Many fundraisers and consultants are classified by the types of donors they focus on;
- Community fundraisers: This is the most familiar, as you’ll be working with the general public.
- Major donor fundraisers: Focusing on those supporters who may donate high-value amounts
- Corporate fundraisers: There are a range of ways it’s possible to work with businesses, whether it’s seeking sponsorships, or organising donations via payroll.
- Trust and statutory fundraisers: Preparing proposals and bids to secure money from trusts and grants.
- Legacy fundraisers: Encouraging donations via wills.
More broadly, any charity fundraiser or consultant will need to inspire new supporters and donations, whilst also developing existing relationships, to increase the funds coming into an organisation.
This can involve new or existing activities across events, marketing and communication, public relations, researching and applying for funds, maintaining databases of donors, or deciding where an organisation should focus their efforts for the best results.
What skills or qualifications do you need to become a fundraiser?
There’s no official qualification required to become a freelance fundraiser or consultant, but most people in those types of career will have been educated to degree level, often in a related subject such as marketing, media, business, law or accountancy.
Working for larger charities or in overseas roles will tend to be more competitive, so a degree or Masters in areas like international development is an advantage. But going to university isn’t essential, as experience is also important, whether it’s through volunteering, internships, or previous roles.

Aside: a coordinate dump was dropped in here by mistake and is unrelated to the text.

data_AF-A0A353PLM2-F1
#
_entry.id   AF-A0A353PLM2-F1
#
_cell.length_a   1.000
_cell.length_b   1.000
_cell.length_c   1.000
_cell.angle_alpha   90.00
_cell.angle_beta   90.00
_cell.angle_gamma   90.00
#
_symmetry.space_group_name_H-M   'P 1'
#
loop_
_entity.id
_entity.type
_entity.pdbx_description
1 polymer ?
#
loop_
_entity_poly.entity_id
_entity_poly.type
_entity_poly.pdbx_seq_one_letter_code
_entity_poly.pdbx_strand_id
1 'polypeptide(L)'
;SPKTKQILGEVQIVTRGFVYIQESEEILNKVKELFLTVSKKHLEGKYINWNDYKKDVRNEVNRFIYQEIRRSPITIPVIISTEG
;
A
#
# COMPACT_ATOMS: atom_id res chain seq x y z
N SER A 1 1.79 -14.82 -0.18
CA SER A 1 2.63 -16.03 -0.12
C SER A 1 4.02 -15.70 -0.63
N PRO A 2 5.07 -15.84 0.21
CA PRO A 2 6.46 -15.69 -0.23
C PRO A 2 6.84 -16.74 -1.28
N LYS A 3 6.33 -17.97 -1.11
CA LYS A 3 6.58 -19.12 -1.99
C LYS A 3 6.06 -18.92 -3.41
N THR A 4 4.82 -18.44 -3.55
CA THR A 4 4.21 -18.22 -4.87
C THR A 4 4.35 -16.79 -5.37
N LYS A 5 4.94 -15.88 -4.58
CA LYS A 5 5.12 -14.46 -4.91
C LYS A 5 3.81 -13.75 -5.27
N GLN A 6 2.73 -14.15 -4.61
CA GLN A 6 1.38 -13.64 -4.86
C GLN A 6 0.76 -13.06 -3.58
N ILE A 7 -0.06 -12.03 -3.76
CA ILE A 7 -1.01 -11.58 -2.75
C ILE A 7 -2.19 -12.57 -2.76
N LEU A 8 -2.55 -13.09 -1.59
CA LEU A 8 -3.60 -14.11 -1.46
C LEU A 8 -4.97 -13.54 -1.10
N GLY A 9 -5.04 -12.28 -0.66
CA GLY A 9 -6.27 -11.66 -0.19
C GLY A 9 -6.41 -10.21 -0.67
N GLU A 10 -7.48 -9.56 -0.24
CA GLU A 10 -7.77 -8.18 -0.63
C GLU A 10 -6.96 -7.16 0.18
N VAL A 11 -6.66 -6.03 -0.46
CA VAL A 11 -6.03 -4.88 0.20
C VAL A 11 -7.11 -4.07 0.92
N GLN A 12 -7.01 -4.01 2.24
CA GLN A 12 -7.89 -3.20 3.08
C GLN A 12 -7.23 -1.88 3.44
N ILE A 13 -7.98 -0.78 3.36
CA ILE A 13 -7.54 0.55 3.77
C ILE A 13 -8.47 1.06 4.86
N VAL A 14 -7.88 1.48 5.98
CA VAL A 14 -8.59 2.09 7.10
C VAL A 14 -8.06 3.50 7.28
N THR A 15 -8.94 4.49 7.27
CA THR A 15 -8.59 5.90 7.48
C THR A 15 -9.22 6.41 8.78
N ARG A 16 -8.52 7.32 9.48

You can develop your skills and gain qualifications through courses offered by various organisations, including the Chartered Institute of Fundraising (CIOF), the Directory of Social Change (DSC), the National Council for Voluntary Organisations (NCVO), or the Scottish Council for Voluntary Organisations (SCVO). It’s also important that you understand the rules and regulations of the Code of Fundraising Practice set out by the Fundraising Regulator for England, Wales and Northern Ireland, and the equivalent laws for any other countries you might be working in.
Other freelancing skills which definitely apply to fundraising and charity consultancy include;
- Networking to build and manage relationships from volunteers to key donors
- Good communication skills within the organisation and externally
- Organisational and project management skills
- Business and financial knowledge
- Flexibility and creativity, particularly when working with smaller organisations or developing new ideas